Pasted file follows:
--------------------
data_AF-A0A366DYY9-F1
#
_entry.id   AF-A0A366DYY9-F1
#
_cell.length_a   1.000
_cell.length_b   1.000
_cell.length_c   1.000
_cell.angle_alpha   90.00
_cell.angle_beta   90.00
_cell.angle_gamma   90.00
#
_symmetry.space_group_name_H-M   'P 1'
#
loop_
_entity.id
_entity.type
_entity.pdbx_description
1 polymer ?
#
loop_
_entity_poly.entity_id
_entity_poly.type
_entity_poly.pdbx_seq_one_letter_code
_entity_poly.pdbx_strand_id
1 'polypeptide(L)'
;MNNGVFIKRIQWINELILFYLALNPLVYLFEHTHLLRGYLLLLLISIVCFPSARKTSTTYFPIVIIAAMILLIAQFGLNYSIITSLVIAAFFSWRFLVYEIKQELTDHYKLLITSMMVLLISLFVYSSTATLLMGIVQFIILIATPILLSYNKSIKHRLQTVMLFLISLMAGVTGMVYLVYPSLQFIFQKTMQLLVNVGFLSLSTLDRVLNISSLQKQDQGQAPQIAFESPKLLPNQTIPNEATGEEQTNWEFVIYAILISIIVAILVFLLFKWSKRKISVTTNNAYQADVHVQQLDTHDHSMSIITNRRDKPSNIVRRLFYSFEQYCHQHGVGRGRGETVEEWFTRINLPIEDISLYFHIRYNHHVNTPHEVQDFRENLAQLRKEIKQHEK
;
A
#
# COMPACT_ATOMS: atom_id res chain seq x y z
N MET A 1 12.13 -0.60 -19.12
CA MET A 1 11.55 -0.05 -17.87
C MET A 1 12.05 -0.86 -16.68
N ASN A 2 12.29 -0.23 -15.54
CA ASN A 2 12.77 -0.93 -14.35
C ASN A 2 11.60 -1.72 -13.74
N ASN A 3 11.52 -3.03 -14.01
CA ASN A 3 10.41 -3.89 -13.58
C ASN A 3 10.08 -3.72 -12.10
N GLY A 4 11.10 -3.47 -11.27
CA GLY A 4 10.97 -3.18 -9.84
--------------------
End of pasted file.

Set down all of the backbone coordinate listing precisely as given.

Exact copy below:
data_AF-A0A366DYY9-F1
#
_entry.id   AF-A0A366DYY9-F1
#
_cell.length_a   1.000
_cell.length_b   1.000
_cell.length_c   1.000
_cell.angle_alpha   90.00
_cell.angle_beta   90.00
_cell.angle_gamma   90.00
#
_symmetry.space_group_name_H-M   'P 1'
#
loop_
_entity.id
_entity.type
_entity.pdbx_description
1 polymer ?
#
loop_
_entity_poly.entity_id
_entity_poly.type
_entity_poly.pdbx_seq_one_letter_code
_entity_poly.pdbx_strand_id
1 'polypeptide(L)'
;MNNGVFIKRIQWINELILFYLALNPLVYLFEHTHLLRGYLLLLLISIVCFPSARKTSTTYFPIVIIAAMILLIAQFGLNYSIITSLVIAAFFSWRFLVYEIKQELTDHYKLLITSMMVLLISLFVYSSTATLLMGIVQFIILIATPILLSYNKSIKHRLQTVMLFLISLMAGVTGMVYLVYPSLQFIFQKTMQLLVNVGFLSLSTLDRVLNISSLQKQDQGQAPQIAFESPKLLPNQTIPNEATGEEQTNWEFVIYAILISIIVAILVFLLFKWSKRKISVTTNNAYQADVHVQQLDTHDHSMSIITNRRDKPSNIVRRLFYSFEQYCHQHGVGRGRGETVEEWFTRINLPIEDISLYFHIRYNHHVNTPHEVQDFRENLAQLRKEIKQHEK
;
A
#
# COMPACT_ATOMS: atom_id res chain seq x y z
N MET A 1 12.13 -0.60 -19.12
CA MET A 1 11.55 -0.05 -17.87
C MET A 1 12.05 -0.86 -16.68
N ASN A 2 12.29 -0.23 -15.54
CA ASN A 2 12.77 -0.93 -14.35
C ASN A 2 11.60 -1.72 -13.74
N ASN A 3 11.52 -3.03 -14.01
CA ASN A 3 10.41 -3.89 -13.58
C ASN A 3 10.08 -3.72 -12.10
N GLY A 4 11.10 -3.47 -11.27
CA GLY A 4 10.97 -3.18 -9.84